All of this nonsense--the semantically slippery and changeable terms of service, prices, too-frequent upgrades, too-thin security and asset control, difficulty in determining what features will actually ship and how long financial terms will hold--is the kind of thing corporate IT buyers round file in the first conversation they hold with any vendor.
No company of any size can afford to continually upgrade its hardware, face invoices significantly higher than the prices to which it agreed or deal with a company that changes the definition of unlimited without getting the support of customers first.
IT, in particular, can't afford to deal with hardware vendors or carriers that either plan capacity so badly that their networks are swamped by increases in traffic that are entirely predictable, or use that incompetence as an excuse to make the terms harsher after all the negotiations have been finished.
Unfortunately, in the era of BYOD, even enterprises often have to deal with carriers, cloud providers or other service companies whose pricing, customer support and negotiating policies were designed for consumers with no influence and less technical knowledge.
Since the beginning of the consumerization/BYOD mania, everyone from business-unit managers to tech-industry analysts to bloggers to news reporters have harangued IT about the need to adapt their corporate, enterprise-IT aloofness to the new reality of actual consumers having influence over corporate IT decisions.
In consumer technology, the balance of power skews the opposite way, and carriers don't seem too eager to change things to make them more efficient.
Rather than learning from their enterprise sales staffs the proper way to sell technology to big companies with big IT departments-- no hard sell, plenty of support, as much stability as possible on hardware configurations, software patches and security updates--carriers seem to have gone the other way, by making IT deal with the same nonsense that apparently works on consumers.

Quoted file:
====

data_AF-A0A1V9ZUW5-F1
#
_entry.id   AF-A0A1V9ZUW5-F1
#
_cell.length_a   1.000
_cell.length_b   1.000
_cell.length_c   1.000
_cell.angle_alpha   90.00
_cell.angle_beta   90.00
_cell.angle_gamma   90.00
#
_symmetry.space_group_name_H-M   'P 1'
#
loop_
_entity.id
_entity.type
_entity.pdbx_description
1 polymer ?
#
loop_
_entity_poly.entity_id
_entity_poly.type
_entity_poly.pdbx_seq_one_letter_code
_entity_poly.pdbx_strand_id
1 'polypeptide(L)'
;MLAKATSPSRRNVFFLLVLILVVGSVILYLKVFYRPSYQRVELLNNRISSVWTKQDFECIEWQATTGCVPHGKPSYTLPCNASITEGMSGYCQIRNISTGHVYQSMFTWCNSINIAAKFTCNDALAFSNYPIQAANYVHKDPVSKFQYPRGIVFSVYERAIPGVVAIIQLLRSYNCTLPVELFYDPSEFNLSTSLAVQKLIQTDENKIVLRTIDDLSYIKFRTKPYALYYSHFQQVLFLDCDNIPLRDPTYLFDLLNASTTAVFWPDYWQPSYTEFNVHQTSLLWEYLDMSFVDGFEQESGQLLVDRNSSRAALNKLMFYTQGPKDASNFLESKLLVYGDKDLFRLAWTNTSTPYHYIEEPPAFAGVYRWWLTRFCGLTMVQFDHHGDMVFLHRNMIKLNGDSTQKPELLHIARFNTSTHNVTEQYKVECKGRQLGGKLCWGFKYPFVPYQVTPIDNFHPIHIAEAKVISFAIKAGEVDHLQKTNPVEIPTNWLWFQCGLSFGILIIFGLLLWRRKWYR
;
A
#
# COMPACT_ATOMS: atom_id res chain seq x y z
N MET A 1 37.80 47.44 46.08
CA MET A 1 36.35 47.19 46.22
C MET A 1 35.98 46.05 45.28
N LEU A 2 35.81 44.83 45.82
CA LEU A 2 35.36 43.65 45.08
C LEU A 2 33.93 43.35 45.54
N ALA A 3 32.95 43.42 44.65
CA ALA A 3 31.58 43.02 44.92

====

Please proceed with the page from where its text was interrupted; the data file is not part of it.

There are a couple of good, IT-manageable things about the iPhone 5, of course:
• Siri is more accurate, so now all the bandwidth users waste will be put to slightly better use.
• 4G LTE is the base protocol for iPhone 5s, offering much faster connection speeds than ADSL--when and where LTE is available, of course (which is in very few places, so far).
There are a couple of good, IT-centric reasons not to use the iPhone 5, too. The one with the biggest impact on the network is that the data-hogging iPhone isn't the only device iPhone users carry, and likely isn't the only data hog. So iPhone 5 users will drag down the performance of networks lacking the endless network-upgrade budgets of major carriers.
There are also plenty of security concerns, even apart from issues that have been widely publicized: the growing body of malware now available for iOS and the increasingly good odds that an end user will use the large onboard storage, lack of full-device encryption, and the likelihood that users will indulge a penchant for convenience by turning off most of the security so all the data is available when the iPhone is left on the seat of a commuter train.
None of those things will slow the influx of iPhones or the extra load they put on your network. One way or the other, you're going to have to deal with that.
Despite all its drawbacks, contractual traps, performance issues and misperceptions, the iPhone 5 should quickly become the fastest-selling gadget of all time, according to Bloomberg, which predicts Apple will gross $36 billion in new iPhone sales from it.
With all its drawbacks--including the decision by Apple not to give customers a free cable that uses the newly designed proprietary data port on the iPhone 5 the way it did with every other edition so customers could buy one for $28 each instead--the iPhone will continue to get more popular and continue (justifiably) as the poster child for consumerization and BYOD.
Network managers have no more real choice in how or whether to deal with all the nonsense than anyone else in IT, as long as the iPhone's glamour outshines its reality.
IT will have to continue compensating for the weaknesses of the iPhone and effort of carriers to be difficult because, as Huffington Post's Neil Katz points out, millions of people are willing to pay full price or change carriers just to get their hands on an iPhone 5, even if they don't really know why.
Welcome to the next-generation downside of BYOD and consumerization. Kevin Fogarty is a freelance writer covering networking, security, virtualization, cloud computing, big data and IT innovation. His byline has appeared in The New York Times, The Boston Globe, CNN.com, CIO, Computerworld, Network World and other leading IT publications. View Full Bio